No Camera? No Problem!: Pleasing Pinhole Photos
Supriya Joshi finds several good reasons why this technique was developed in the 4th century BC—simple and fun to make are just two of them.
Perhaps the most versatile of all non-camera techniques, pinhole photography has been in existence for the longest time. In fact, it was one of the earliest forms of photography, and modern photography finds its origins from it. But, this does not mean that pinhole photography is obsolete—on the contrary, there has been a revival of sorts in recent years, thanks to its vintage appeal. Interestingly, several modern-day cell phone applications simulate the pinhole effect too.
The first detailed description of pinhole cameras was given by Leonardo da Vinci in the 13th century
Would you associate matchboxes with photography? The fact is, you can create your own pinhole camera with several different kinds of objects, including materials like soda cans, cardboard boxes and even coffee cans.
A Simple Principle
The basic concept behind pinhole cameras is to use a light-tight box, within which the picture will be made, even as light passes through a pinhole. It is important that the pinhole on the camera is extremely small and precise—not bigger than a tiny point—to get a perfectly sharp image. Failing to do so can result in light leaks or blurred pictures.
Constructing a Camera
Regardless of the ‘box’ you use to make your pinhole camera, ensure that it is lightproof. To do so, cover the box with black chart paper or black tape. Place a photosensitive paper or negative on the other side of the plane with the pinhole. Ensure that you handle the film or paper in a completely dark room.
You will also have to create a makeshift shutter that will act as a barrier between the pinhole and the photosensitive paper or film. If the film is closer to the pinhole, you will get a wider field of view, but a shorter exposure time. If this is reversed, and the film is kept farther away from the pinhole, you will get a narrower field of view and a longer exposure time.
The Aperture Game
A smaller pinhole will result in sharper images, but if the material on which the hole is made is too thick, it can cause diffraction. It is best to make a large hole, fix a piece of tin foil on it, and then punch a tiny hole on the foil with a needle.
The aperture value of a tiny pinhole is usually between f/128 to f/2048, depending on the distance between the pinhole and the film plane. At these apertures, your exposure time with ISO 100 film in bright sunlight would be about 30sec to 8 minutes. A bit of trial and error will be needed to get perfect exposures. Such tiny apertures also mean that the depth-of-field with a pinhole camera is almost infinite. Everything from close to the lens to the farthest distance will appear sharp and surreal.
On a DSLR Too!
Do you know that you can convert your DSLR into a pinhole camera too? You can create a makeshift lens with light-tight material and make a pinhole in the same way as you would for a pinhole camera. If you have a spare body cap, you can drill a hole and use foil to make a pinhole.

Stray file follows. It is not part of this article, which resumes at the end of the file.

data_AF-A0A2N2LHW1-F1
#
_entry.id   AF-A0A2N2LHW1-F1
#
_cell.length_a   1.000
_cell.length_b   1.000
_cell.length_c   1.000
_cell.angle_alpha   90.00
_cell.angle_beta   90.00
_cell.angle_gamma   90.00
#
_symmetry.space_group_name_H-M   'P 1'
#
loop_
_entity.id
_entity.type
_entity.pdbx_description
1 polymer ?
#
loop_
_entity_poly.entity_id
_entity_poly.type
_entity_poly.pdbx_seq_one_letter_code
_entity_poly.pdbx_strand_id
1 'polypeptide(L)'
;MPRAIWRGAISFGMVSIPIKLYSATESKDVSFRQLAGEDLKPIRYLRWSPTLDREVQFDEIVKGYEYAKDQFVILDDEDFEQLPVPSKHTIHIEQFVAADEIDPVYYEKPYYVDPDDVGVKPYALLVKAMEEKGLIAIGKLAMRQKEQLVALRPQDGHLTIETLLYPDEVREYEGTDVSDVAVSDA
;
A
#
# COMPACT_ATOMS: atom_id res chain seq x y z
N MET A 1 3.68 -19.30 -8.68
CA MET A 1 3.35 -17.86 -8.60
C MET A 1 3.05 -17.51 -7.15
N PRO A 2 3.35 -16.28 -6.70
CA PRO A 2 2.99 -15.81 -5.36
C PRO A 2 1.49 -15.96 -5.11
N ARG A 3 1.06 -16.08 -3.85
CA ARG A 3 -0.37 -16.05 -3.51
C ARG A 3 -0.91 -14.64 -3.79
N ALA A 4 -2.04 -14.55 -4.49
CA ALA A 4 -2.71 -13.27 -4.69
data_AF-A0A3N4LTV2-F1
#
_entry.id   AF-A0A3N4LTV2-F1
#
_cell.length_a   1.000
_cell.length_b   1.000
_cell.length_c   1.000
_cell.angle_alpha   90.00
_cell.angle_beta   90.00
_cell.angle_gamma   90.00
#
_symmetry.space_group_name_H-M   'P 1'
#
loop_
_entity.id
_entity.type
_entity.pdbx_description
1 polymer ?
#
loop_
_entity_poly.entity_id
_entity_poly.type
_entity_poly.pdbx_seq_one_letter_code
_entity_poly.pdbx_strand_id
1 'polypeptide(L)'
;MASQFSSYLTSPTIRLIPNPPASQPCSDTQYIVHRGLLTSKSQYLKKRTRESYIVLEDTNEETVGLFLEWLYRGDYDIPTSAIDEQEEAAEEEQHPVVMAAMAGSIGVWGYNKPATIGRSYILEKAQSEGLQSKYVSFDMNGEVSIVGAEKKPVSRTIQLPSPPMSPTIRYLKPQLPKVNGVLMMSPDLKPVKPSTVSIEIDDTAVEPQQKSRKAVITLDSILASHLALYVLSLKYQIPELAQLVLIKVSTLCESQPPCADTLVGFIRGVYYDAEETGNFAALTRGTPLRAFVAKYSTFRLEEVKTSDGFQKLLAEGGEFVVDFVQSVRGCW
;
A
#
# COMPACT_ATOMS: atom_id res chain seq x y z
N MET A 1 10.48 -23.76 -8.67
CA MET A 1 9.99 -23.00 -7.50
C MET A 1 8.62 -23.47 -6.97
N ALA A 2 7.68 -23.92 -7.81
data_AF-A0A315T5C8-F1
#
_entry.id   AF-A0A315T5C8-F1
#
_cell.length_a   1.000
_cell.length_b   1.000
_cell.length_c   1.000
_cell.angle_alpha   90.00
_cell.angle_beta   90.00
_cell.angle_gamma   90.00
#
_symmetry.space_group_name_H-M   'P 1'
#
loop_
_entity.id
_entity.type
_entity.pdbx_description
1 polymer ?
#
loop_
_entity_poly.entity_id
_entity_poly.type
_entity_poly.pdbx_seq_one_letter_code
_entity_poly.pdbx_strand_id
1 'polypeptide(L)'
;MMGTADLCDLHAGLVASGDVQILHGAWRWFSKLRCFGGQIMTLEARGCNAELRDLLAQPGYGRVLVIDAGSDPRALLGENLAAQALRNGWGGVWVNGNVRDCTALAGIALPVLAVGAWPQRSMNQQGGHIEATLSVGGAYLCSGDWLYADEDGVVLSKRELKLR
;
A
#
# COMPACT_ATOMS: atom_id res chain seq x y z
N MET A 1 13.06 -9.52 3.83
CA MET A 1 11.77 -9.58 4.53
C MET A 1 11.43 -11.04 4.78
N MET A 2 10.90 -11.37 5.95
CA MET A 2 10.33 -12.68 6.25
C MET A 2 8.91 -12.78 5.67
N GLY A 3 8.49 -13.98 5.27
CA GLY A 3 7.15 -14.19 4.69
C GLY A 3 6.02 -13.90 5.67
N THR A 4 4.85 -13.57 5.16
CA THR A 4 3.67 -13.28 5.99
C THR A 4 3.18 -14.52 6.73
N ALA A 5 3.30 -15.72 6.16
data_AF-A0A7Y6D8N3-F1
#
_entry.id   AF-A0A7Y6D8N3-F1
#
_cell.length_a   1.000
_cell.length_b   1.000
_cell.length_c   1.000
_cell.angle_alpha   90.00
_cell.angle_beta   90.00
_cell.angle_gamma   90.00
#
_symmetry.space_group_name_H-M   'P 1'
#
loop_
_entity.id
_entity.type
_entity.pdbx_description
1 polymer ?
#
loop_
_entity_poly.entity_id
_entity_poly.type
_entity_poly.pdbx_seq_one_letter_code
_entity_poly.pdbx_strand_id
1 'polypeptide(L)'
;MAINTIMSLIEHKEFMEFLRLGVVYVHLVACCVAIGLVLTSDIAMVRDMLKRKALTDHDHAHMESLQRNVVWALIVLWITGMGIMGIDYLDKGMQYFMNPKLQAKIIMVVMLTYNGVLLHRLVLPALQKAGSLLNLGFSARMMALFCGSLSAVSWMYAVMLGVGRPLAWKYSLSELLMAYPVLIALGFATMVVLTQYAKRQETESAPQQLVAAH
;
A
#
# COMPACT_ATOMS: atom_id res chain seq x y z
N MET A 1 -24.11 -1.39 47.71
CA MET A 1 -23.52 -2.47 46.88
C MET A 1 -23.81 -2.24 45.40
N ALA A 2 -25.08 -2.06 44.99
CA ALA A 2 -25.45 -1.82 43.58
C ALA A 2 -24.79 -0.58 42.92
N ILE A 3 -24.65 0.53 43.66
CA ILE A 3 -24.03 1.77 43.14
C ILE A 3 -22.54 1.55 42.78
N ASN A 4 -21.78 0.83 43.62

Attach this on to the camera and you can then make pinhole pictures! You will need to use the Bulb mode of your camera and set it on a tripod, but the best part about using DSLRs is that you will get instant feedback on the LCD.
Place a small subject, like an action figure, extremely close to the camera’s pinhole, against a backdrop of a large building. It will look as if the action figure is attacking it! However, some of the best subjects are those that have some sort of movement.
You can use your camera to photograph any kind of foliage on a windy day for creative blurs. Of course, you can shoot portraits too, and the resultant images will have the most unpredictable effects.
Interestingly, NASA, America’s space program agency, is researching a project called ‘New Worlds Mission’, where they will use pinhole cameras to photograph earth-sized planets in other solar systems.
There is a whole lot of customisation you can do with the pinhole cameras that you create. For example, you can even incorporate multiple exposures with this technique. All you need to do is record two to three different scenes on the same film or photosensitive paper.
For a spherical perspective, you can use any cylindrical object like food tins and even paint cans. Pinhole photography involves a lot of trial and error, but the beauty of this form of photography is its unpredictability and the joy you get out of creating a camera of your own.
Some Unconventional Pinhole Constructions You Can Try
Explore a few eccentric and bizzare ways to make these cameras!
Given the various objects you can use to create a pinhole camera, several photographers have taken this technique to a whole new level.
A Pinhole in Your Teeth
Some photographers have actually fit customised pinhole cameras in their mouth! So, one only has to open their mouth to take a picture, while an external flash helps capture the moment. There are also others who have, believe it or not, used a Chinese roast duck as a pinhole camera!
Solar Study too!
You can use a pinhole camera to take some extreme long exposures of the movement of the sun—the solarogram. Set your camera in a place which can perfectly capture the sun’s movement. You can leave the camera for as long as six months, and once you develop the print, you will find some beautiful patterns created by the sun.
To learn about more non-camera photography techniques, click here.
This article originally appeared in the May 2012 issue of Better Photography.
Tags: Shooting Technique, Supriya Joshi, pinhole camera, May 2012, No Camera? No Problem!, Leonardo Da Vinci, Makeshift Camera, Box camera